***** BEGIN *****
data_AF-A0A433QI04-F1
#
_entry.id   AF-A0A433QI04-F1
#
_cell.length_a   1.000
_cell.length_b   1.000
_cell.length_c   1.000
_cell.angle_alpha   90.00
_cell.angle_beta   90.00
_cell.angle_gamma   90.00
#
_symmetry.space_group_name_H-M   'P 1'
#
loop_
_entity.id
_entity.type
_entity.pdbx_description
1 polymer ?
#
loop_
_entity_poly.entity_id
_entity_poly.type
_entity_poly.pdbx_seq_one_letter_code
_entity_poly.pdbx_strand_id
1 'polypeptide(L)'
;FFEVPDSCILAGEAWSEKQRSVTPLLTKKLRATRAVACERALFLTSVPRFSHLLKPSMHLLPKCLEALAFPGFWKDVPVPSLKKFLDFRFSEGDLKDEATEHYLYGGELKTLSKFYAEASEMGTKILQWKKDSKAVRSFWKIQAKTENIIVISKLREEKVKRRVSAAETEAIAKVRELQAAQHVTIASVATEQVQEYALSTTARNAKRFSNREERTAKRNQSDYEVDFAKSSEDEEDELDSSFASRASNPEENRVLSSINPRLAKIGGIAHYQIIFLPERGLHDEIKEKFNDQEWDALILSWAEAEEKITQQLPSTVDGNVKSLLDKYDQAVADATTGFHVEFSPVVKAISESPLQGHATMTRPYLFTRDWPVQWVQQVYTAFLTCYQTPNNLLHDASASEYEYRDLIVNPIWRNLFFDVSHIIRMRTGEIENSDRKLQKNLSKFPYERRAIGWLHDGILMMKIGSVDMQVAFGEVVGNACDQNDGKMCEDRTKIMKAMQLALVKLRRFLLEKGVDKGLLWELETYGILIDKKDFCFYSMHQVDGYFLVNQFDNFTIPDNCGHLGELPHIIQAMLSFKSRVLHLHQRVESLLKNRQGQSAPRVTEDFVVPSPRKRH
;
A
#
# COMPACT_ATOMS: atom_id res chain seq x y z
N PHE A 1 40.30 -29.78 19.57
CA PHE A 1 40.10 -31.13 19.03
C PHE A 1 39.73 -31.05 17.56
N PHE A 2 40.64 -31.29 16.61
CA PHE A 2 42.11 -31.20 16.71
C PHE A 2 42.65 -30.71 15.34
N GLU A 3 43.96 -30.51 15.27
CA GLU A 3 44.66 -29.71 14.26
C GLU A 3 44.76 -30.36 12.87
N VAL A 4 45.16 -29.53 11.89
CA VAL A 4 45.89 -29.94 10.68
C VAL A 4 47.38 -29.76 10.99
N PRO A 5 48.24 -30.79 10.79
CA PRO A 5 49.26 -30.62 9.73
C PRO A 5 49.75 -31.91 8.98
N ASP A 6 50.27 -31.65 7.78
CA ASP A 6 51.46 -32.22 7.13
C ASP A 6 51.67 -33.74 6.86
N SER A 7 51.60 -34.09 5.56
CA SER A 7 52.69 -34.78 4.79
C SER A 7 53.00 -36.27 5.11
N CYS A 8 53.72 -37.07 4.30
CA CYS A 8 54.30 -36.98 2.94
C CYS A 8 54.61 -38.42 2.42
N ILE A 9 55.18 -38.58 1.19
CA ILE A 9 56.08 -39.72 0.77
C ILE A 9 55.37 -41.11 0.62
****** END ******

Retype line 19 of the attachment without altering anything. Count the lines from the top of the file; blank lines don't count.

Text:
#